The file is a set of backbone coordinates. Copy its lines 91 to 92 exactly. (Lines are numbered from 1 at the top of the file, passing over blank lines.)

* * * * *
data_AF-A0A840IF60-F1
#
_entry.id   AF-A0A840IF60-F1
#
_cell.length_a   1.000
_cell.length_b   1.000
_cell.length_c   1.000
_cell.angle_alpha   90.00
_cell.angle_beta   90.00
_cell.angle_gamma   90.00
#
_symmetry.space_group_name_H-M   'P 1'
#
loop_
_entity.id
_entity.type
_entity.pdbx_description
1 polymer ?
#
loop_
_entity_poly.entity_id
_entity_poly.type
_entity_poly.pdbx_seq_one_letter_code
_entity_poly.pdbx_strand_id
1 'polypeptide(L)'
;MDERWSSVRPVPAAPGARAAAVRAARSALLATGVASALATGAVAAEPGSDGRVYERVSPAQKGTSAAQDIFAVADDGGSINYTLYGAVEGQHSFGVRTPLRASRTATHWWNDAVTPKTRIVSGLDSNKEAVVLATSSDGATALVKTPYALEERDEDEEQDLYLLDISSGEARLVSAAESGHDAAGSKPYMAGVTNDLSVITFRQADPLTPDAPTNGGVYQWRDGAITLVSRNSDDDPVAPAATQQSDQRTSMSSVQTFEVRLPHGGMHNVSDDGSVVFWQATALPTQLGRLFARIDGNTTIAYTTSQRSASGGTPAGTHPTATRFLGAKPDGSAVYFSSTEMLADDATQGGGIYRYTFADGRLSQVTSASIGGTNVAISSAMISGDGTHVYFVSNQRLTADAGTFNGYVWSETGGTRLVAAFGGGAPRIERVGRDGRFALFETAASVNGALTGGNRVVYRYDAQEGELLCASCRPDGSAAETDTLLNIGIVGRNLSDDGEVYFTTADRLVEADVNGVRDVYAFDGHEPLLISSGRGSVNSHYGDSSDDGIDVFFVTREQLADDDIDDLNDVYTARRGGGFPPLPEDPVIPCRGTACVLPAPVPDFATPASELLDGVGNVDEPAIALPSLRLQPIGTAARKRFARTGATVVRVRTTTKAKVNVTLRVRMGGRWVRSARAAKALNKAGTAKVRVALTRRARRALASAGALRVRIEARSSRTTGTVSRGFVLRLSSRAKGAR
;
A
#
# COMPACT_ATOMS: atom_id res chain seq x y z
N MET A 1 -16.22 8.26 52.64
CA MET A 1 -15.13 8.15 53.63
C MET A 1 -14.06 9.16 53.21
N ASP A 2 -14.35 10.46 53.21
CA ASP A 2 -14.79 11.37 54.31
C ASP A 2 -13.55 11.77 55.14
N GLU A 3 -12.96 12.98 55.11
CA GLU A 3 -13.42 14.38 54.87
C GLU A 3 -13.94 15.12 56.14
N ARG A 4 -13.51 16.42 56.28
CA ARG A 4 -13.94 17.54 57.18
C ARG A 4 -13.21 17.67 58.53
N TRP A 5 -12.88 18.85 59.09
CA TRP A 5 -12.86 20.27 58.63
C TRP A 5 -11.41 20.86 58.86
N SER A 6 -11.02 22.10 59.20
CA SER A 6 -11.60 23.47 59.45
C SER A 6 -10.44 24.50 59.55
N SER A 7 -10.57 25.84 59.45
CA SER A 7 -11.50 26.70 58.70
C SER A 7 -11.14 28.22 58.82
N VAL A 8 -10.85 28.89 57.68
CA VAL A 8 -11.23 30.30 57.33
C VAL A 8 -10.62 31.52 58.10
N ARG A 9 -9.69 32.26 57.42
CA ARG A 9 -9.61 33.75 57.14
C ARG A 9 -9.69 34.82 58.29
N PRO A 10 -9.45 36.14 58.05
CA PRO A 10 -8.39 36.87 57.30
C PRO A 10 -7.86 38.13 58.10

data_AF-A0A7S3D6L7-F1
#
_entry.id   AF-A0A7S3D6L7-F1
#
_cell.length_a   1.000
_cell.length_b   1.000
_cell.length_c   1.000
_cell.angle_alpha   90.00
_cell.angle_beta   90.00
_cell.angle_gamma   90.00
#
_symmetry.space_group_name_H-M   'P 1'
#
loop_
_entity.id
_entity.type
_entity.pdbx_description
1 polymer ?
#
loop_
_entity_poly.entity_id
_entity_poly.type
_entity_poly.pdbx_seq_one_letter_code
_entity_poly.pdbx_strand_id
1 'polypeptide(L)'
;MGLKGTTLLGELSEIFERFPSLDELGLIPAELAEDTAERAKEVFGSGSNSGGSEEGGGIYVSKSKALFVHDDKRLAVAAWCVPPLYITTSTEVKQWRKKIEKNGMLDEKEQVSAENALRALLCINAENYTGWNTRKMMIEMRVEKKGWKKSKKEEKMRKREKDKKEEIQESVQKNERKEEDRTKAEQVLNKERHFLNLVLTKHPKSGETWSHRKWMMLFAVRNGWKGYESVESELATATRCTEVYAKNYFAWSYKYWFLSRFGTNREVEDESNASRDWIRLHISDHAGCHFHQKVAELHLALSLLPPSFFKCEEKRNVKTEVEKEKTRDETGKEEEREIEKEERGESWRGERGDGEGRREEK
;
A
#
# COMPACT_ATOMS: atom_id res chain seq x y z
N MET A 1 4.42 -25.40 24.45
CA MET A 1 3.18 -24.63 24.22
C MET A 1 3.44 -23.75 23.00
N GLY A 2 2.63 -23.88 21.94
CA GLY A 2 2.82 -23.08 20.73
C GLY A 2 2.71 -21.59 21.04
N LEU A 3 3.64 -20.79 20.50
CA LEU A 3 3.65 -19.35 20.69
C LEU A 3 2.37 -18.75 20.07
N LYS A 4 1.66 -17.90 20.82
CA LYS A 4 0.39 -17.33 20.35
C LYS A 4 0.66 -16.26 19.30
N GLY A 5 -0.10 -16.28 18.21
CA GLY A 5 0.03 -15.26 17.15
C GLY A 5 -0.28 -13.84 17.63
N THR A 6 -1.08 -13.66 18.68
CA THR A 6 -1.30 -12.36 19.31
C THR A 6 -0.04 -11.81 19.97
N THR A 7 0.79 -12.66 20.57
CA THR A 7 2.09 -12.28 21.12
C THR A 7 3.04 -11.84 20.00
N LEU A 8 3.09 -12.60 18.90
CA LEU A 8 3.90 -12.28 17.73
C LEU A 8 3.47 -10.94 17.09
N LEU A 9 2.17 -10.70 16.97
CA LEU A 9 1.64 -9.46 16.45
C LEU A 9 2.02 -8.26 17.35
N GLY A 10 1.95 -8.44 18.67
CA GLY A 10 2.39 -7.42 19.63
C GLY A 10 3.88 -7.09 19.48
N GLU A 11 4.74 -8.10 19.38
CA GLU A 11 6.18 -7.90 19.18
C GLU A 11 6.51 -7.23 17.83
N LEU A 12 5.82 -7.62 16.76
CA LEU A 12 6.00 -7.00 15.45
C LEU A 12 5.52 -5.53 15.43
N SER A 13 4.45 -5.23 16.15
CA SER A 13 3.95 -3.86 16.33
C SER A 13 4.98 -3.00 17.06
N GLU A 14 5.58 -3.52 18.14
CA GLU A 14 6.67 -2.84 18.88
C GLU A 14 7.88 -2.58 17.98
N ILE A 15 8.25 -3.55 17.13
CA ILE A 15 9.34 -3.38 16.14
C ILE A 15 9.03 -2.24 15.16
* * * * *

N MET A 1 4.42 -25.40 24.45
CA MET A 1 3.18 -24.63 24.22